Many people have taken tours of the Hollywood film studios, such as Warner Bros., Paramount, Universal, etc. However, many other countries offer tours around their studios and backlots as well. Here we’ll take a look at Namyangju Film Studio in South Korea, located in Gyeonggi-do, about an hour outside of Seoul.
LOCATION: Namyangju Film Studio, 138, Bukhangang-ro 855beon-gil, Joan-myeon, Namyangju-si, Gyeonggi-do, South Korea
The road to the studio. You can find bus rides from Seoul that will take you straight to the studio.
Inside this building is the studio and several exhibits. You can go above this building to the outdoor grounds where many sets stand.
The reverse view from atop of the same building, which is pretty spectacular. As you can see, the studio is tucked away in the Korean countryside, far away from the city lights.
One of the most internationally famous films to shoot at the studio was Chan-Wook Park’s “Joint Security Area.”
The production built an entire, full scale recreation of the Joint Security Area, a highly militarized section of the border between North and South Korea, intended to hold discussions between the two sides. Obviously filming a movie in the real J.S.A. would not be possible. Even though the Chan-Wook Park film was completed decades ago, to this day, the set on Namyangji remains the go-to spot for pretty much all South Korean productions looking to film scenes set in the J.S.A. We did a separate article on this particular set here.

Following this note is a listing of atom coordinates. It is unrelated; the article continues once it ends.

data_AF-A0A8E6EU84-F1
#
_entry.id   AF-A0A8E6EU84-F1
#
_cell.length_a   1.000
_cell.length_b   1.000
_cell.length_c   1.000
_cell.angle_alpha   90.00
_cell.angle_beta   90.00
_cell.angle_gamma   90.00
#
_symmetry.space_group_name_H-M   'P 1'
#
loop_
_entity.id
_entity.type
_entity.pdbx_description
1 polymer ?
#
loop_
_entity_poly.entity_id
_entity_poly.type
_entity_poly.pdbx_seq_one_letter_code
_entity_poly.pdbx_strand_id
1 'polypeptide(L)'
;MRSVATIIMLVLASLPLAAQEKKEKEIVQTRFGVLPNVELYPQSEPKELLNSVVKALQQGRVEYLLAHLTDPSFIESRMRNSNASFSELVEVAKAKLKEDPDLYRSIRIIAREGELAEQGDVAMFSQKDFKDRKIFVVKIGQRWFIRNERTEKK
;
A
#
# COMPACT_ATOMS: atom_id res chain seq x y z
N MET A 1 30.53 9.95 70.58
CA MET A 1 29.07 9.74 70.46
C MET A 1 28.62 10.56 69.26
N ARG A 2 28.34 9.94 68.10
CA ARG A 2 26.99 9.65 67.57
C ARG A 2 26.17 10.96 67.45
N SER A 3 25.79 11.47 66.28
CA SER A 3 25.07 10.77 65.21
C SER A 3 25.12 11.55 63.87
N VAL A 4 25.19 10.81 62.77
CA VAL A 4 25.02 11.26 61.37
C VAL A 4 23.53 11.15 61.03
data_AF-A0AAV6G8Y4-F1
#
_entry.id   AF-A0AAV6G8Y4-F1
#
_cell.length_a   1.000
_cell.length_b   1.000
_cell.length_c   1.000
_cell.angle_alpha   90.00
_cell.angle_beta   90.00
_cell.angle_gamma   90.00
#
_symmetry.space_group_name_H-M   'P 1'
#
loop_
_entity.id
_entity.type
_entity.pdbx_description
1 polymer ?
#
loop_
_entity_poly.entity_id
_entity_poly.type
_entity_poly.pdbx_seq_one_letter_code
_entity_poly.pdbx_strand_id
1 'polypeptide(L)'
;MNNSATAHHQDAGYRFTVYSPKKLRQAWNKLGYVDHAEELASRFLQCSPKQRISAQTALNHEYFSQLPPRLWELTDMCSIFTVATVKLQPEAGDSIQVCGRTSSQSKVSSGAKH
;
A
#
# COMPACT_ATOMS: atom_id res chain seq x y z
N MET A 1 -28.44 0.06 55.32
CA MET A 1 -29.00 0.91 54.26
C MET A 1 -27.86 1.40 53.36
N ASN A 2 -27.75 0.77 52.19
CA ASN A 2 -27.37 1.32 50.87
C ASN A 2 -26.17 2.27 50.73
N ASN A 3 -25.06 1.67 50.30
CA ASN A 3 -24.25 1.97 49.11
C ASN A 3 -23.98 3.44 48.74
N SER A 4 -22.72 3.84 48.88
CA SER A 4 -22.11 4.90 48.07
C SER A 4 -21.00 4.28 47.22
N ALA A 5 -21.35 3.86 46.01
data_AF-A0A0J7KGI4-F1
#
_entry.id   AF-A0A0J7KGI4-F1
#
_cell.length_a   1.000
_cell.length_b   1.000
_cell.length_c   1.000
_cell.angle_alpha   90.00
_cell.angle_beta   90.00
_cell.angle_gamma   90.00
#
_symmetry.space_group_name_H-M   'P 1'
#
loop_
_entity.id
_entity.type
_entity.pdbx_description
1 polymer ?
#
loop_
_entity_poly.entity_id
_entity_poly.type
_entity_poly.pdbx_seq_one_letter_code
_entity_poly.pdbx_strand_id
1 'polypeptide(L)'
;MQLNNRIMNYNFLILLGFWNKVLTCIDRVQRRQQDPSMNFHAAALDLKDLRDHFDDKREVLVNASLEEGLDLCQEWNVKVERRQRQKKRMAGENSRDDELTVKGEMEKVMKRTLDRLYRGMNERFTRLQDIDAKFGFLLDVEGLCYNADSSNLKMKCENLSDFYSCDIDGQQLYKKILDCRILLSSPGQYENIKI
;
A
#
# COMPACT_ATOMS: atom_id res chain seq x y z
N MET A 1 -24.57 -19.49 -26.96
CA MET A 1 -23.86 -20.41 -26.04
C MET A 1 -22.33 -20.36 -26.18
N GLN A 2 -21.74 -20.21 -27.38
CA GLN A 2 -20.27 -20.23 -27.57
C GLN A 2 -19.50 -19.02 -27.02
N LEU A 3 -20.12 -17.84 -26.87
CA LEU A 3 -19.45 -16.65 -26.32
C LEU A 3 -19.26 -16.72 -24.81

A tank and some military vehicles from the 2015 film “The Long Way Home” (a.k.a. “Seoboojeonsun”).
A full scale ship from the 2014 film “Pirates” (a.k.a. “Hae-jeok: Ba-da-ro gan san-jeok”).
There is also a set for an entire old, traditional Korean village at the studio, but it was being used for filming the day of our visit, so unfortunately our views of this area were limited.
Some train cars.
Some interesting paintings along the walls as you head into the interior portions of the studio.
This contraption was sitting outside of the studio.
A rope bridge in front of a blue screen, where visitors can simulate crossing a treacherous passing.
Some film costumes. The military costumes to the left are from the 2007 film “May 18” (a.k.a. “Hwa-ryeo-han-hyoo-ga”), while the costume on the right is from the 2007 film “Hanbando.”
Some excellent models and miniatures.
This photo does not do justice to how beautiful and intricate this miniature shipwrecked city is.
The prop room.
Some props and costumes from old Korean films.
Some old Korean awards and honors.
If you’re a film lover and find yourself in South Korea, it’s worth taking a visit out to Namyangji Film Studio. We of course realize most people reading this will likely never make it out there, so we hope this post is the next best thing.